Skip to main content

Laura Jane Grace - Stay Alive album review

Laura Jane Grace - Stay Alive
(Image credit: Supplied)

LAURA JANE GRACE
Stay Alive
POLYVINYL / COOKING VINYL

According to a criminally underrated offcut from 2010’s White Crosses, Against Me! frontwoman Laura Jane Grace once dreamed that Bob Dylan was a friend of hers (the track is titled, quite aptly, “Bob Dylan Dream”). We’re not sure if that amity ever blossomed, but it’s clear that Grace still admires the Minnesotan folk god –her first proper solo album, Stay Alive, is delightfully Dylanesque: it’s bold and bright and beautifully bare‑bones, packed with delicate acoustic twangs and tongue-in-cheek lyrical whimsy; a far cry from the gritty, guttural punk rock that Grace (quite literally) cut her teeth on.

Upon the LP’s surprise release on October 2nd, Grace was quick to note that “if at any point you refer to this album as an ‘acoustic album’, my six-string strumming ghost will haunt ten generations of your family, every night of their lives with bedroom busking from 11pm to 6am.” We duly heed the warning, but can’t ignore the album’s innate suitability for campfire singalongs – all but four cuts on Stay Alive showcase solely Grace, her acoustic guitar and her warm, charismatic singing voice.

In a lot of ways, it feels like a natural progression from her 2018 release with The Devouring Mothers [Bought To Rot], of which roughly half was centred around these folky, bluesy stabs of introspection. But where that record had slivers of punk and pop and colourful rock ‘n’ rock to fill in the gaps, Stay Alive is defiantly naked all the way through, monochrome and sans SFX. We’re still tugging at the proverbial frills of Grace’s dress for another album of battered yells and chugging guitars, but in the meantime, there’s plenty to sate fans’ hungers on this lowkey detour. The guitar lines are simple yet striking, each prickly noodle and dusty strum derobing another step forward in this flowery lucid-dream journey. Grace’s knack for poetic, pseudo-fantastical storytelling is tighter and more enrapturing here than it’s ever been.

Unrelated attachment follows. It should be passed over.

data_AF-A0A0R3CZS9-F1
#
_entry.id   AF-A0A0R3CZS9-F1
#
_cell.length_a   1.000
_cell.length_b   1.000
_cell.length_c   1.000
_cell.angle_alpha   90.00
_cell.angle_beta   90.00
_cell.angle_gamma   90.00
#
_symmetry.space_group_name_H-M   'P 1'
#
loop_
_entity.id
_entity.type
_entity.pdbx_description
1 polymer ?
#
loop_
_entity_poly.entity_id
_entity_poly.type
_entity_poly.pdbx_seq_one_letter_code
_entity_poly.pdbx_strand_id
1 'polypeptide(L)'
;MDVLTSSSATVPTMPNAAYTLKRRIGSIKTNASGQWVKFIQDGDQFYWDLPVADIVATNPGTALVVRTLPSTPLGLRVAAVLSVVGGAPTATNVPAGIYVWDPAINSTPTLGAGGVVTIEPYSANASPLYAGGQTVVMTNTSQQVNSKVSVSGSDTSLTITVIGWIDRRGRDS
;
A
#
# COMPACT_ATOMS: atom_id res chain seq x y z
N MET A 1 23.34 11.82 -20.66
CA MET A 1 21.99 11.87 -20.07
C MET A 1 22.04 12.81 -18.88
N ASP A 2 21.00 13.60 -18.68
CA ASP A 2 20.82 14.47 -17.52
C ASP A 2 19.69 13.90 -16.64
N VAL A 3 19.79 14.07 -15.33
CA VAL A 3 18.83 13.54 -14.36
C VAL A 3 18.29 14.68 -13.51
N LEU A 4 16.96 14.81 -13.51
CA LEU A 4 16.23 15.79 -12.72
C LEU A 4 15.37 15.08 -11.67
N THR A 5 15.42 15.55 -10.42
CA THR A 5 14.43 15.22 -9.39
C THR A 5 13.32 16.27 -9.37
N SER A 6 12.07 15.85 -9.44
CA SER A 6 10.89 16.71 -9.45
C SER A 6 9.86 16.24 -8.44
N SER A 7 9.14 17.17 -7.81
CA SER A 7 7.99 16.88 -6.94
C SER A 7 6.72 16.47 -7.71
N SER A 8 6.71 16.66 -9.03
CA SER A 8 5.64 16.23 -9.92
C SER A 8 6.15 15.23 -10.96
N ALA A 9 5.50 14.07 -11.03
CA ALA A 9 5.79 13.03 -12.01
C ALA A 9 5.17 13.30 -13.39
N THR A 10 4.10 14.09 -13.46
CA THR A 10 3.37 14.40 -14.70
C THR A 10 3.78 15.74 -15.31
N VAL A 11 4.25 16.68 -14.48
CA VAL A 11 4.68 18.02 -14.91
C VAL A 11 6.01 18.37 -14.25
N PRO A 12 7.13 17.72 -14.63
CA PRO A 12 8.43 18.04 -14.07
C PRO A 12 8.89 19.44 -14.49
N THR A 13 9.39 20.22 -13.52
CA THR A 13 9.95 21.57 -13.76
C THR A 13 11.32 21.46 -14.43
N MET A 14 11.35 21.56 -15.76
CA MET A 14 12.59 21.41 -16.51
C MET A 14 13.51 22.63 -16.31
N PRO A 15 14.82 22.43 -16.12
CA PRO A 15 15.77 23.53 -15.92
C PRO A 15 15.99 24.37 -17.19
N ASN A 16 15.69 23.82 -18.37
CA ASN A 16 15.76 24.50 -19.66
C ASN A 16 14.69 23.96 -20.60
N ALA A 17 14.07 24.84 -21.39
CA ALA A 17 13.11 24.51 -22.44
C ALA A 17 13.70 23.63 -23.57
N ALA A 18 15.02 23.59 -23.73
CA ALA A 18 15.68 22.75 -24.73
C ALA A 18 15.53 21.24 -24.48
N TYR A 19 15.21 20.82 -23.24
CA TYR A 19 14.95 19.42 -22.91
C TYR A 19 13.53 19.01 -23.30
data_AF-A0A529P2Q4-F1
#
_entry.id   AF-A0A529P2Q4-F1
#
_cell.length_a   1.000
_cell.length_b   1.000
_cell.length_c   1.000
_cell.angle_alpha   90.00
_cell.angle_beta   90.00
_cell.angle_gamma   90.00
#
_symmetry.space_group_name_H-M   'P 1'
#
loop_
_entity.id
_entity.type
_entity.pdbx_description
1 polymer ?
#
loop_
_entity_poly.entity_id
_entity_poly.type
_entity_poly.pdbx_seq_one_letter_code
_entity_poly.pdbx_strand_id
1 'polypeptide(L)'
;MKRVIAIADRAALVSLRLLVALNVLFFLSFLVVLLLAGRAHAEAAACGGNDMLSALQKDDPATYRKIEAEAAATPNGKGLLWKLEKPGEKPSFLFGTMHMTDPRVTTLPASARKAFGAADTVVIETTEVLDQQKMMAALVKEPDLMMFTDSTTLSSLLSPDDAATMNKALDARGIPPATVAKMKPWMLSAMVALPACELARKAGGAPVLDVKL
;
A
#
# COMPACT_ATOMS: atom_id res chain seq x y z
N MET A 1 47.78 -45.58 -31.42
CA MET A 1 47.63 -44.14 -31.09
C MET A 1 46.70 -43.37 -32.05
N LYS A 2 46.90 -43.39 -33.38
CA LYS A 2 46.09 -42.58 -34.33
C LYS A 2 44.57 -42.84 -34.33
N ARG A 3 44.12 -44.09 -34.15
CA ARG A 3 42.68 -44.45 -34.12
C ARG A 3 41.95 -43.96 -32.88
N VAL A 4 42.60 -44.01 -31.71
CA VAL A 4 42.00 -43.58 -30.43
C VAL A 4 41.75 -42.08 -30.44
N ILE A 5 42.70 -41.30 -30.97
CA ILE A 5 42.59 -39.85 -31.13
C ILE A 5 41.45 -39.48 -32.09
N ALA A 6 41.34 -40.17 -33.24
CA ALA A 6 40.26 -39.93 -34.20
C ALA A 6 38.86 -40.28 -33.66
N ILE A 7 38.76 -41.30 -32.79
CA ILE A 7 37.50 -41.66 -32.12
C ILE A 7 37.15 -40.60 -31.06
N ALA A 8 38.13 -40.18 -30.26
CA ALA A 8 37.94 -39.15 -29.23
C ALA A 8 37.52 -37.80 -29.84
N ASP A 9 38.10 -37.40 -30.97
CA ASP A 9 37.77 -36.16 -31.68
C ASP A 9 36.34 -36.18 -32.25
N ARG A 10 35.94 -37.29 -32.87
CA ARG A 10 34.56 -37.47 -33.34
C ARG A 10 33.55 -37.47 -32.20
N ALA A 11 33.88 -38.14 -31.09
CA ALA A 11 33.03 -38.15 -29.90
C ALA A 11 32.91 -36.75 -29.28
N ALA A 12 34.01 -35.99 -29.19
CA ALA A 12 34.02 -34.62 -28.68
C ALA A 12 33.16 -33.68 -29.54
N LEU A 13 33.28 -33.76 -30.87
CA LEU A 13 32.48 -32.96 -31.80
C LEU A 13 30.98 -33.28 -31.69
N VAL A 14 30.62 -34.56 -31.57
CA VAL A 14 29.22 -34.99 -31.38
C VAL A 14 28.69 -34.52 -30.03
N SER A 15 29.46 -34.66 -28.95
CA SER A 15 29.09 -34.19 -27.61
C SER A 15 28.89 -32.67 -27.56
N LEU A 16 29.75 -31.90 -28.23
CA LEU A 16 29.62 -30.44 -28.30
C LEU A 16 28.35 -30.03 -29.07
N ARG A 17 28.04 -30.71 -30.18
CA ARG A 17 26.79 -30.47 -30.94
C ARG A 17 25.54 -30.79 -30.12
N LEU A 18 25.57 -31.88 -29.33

Add in the luscious sense of roominess that Steve Albini’s loose and laidback production gifts it, and the inescapable luminosity with which Grace spouts every punchy and polychromatic quip, and Stay Alive becomes much more than a compendium of short, scattered ideas that Grace had while pent up in quarantine. It’s a snapshot of her signature spasmodic, spur‑of‑the‑moment creative buoyancy – a love letter to spontaneity, old-school acoustic folk, and ice cream.

All in all, Stay Alive is a duly welcomed status update to Laura Jane Grace’s personal stream of songwriting social media, and in its own right a top-notch acoustic alb--SJ#S8!2A NO, GHOST LAURA, PUT DOWN THE KNIFE!!!!